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Edited version of private advice

Authorisation Number: 1051968891264

Date of advice: 13 May 2022

Ruling

Subject: Superannuation death benefit - interdependency

Question:

Was the beneficiary a death benefits dependant of the deceased person according to section 302-195 of the Income Tax Assessment Act 1997 (ITAA 1997), due to being in an interdependency relationship with the deceased under section 302-200 of the ITAA 1997?

Answer:

Yes

This ruling applies for the following period:

Income year ending 30 June 20XX

The scheme commences on:

1 July 20XX

Relevant facts and circumstances

The Beneficiary is the parent of the Deceased.

A superannuation lump sum payment was made to the Deceased's estate.

The Beneficiary and the Deceased lived together for many years, up until the date of death.

The Deceased did not marry or have children.

The Beneficiary and the Deceased provided both financial and emotional support to each other.

The Beneficiary and the Deceased shared recurring household expenses equally.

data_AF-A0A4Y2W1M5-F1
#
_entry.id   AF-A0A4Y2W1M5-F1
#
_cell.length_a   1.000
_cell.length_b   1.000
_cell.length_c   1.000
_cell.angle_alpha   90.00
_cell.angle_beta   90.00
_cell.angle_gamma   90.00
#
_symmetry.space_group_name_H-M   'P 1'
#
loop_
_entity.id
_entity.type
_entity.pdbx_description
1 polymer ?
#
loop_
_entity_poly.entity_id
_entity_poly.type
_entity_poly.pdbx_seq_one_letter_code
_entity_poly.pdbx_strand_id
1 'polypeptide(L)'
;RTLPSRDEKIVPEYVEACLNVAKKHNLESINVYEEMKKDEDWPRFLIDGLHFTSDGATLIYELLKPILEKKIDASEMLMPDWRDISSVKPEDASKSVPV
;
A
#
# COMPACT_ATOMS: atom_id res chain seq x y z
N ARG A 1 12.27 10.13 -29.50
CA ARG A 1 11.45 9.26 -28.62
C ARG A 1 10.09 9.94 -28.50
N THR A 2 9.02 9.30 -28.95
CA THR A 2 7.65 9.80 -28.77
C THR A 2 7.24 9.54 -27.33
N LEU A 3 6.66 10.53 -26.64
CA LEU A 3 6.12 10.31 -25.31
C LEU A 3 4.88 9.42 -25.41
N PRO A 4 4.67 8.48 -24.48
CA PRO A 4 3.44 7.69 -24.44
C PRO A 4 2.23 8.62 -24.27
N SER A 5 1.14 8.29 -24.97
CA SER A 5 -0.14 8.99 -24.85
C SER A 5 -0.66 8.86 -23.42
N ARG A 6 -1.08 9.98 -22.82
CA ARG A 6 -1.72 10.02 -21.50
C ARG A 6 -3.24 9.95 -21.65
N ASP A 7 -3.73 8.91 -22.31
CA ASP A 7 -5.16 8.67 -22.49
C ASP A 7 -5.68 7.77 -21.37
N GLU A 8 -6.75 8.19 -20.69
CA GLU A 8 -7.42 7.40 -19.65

The Deceased on occasion contributed cash toward rates payments.

The Deceased sometimes completed home repairs.

At other times, the Deceased paid for a tradesman to complete home repairs.

The Deceased paid for maintenance of the lawn.

The Beneficiary and the Deceased shopped for groceries together.

The Beneficiary and the Deceased ate meals together, which were prepared by the Beneficiary.

The Beneficiary and the Deceased attended social gatherings together.

The Beneficiary and the Deceased took holidays together.

The Beneficiary and the Deceased went to dinners and movies together.

The Deceased intended to continue living with the Beneficiary indefinitely.

Relevant legislative provisions

Income Tax Assessment Act 1997 Section 302-60

Income Tax Assessment Act 1997 Section 302-145

Income Tax Assessment Act 1997 Section 302-195

Income Tax Assessment Act 1997 Section 302-200